Submitted by Ann LaRocque
Holiday time can be especially difficult for those who are grieving. Feelings of numbness, dread, sadness, anger, and anxiety are all quite normal during grief and mourning. Our emotional state may seem overwhelming because grief emotions are typically more intense, unpredictable, erratic, and more complicated than at other times.
Because the holidays often focus on people physically being together, grief may become more intense, because the reality that a person is no longer physically here hits home.
Here are some guidelines that might help you over the holidays:
Identify your feelings. Honestly ask yourself, “What am I feeling as the holidays approach?” Know beforehand how you are going into the holidays. Often, the anticipation is more difficult than the actual holidays themselves.
Have a plan. Sit down with other people who will be involved in your holidays and honestly discuss what you can realistically do this year. Consider all the options, from doing things the way they have always been done, to doing nothing, and possibilities in-between.
Set boundaries. You may need to limit the amount of time you spend with family and friends during the holidays. If others pressure you into doing more, respectfully say no this year.
Observe the day in a way that is meaningful for you. Nurture yourself at this time. If you need to focus on your loss, and remember your loved one in a special way, then do it. Create a special ritual in memory of your loved one.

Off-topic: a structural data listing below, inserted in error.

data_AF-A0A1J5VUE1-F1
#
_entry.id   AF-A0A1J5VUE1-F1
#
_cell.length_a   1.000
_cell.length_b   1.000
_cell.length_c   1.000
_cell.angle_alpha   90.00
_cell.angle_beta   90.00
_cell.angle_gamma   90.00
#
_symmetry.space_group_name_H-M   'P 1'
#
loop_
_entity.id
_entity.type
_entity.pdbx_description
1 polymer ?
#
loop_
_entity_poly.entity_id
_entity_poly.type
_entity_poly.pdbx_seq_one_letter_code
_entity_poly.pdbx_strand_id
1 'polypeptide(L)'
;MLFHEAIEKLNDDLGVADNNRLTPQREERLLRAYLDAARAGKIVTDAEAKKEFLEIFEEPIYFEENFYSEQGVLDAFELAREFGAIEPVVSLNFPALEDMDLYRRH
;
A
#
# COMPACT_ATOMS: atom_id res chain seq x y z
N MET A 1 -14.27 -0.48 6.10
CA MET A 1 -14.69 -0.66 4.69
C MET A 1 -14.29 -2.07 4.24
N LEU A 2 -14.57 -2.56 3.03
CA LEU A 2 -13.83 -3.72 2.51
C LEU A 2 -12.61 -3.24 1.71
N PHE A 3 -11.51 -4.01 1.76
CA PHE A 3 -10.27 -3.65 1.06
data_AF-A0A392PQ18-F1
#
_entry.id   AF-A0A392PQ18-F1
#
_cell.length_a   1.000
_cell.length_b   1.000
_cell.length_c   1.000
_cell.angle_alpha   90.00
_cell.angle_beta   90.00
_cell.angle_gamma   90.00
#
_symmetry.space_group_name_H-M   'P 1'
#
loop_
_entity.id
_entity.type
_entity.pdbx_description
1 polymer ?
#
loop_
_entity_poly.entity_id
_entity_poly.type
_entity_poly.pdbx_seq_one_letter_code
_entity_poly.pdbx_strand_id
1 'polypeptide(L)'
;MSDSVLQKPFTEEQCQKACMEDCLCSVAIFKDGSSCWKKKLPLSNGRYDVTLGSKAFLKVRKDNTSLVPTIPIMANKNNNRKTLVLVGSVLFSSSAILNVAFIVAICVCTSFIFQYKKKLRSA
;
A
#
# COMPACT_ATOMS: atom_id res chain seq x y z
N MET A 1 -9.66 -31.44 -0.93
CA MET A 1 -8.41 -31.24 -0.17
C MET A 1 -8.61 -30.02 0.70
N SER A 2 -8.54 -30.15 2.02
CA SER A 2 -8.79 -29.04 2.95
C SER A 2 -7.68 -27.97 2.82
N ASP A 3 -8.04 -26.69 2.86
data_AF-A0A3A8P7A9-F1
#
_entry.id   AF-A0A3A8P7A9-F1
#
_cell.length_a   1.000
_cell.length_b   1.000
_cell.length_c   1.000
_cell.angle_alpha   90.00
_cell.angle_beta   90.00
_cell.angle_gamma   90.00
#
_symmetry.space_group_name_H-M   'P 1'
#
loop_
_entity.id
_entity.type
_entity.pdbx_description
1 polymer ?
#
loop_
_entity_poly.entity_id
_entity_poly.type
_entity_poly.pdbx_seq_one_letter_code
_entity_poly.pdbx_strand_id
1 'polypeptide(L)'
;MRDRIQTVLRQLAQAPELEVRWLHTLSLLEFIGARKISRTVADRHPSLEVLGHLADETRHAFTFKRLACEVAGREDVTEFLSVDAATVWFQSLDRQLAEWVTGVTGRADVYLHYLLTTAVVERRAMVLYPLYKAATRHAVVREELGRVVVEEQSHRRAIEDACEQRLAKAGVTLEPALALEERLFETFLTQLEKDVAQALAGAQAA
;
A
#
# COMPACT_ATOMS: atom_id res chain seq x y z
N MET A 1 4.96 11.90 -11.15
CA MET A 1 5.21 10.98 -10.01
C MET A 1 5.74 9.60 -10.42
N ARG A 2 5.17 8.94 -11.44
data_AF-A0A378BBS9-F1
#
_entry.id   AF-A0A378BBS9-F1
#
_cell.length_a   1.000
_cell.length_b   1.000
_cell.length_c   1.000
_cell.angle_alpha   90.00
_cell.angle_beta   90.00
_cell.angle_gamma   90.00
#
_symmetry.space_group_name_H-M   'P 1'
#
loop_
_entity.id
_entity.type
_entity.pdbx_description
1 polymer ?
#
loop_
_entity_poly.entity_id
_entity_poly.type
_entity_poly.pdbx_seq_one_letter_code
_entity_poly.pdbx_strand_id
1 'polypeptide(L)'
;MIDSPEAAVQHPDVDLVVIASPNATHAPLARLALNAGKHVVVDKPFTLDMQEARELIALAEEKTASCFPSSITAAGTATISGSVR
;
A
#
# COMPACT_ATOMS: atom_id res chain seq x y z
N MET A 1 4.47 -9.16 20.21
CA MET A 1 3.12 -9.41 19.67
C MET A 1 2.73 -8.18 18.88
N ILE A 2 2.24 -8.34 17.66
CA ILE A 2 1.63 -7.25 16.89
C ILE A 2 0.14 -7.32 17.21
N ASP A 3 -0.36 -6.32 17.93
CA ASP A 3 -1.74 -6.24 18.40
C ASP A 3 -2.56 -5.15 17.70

Create a day of rest and relaxation. This year of grieving is different. If you do not have the energy for holiday festivities take the time to rest and relax.
Connect to the spiritual. Honor your loved one’s spirit. Look at pictures, go to church, light a candle or connect with the natural world. Expand your understanding of the spiritual world.
Be flexible. Give yourself permission to change your mind. If you find yourself dreading a holiday visit, but find it isn’t so bad, consider staying longer.
Do something completely different. This year is a different year. Allow yourself to do something for this year that is completely out of the ordinary.
Buy a gift for yourself. Buying something for yourself is focusing on your needs and nurturing yourself.
Connect with someone else. Reach out to someone who has experienced a loss and may be in the same pain.
Reflect on the gifts your loved one left the world. What did your loved one teach you and how can you continue the goodness he/she gave to you and others?
Remember each holiday is only 24 hours. Although holidays seem long, in actuality, a holiday is only 24 hours. Have a plan, know that you will do the best you can, and tomorrow will be another day.
This article was submitted by Ann LaRocque, LCMHC, Hospice Bereavement coordinator, Rutland Area VNA & Hospice. For more information about this topic call 770-1516.MORE IN Local & State
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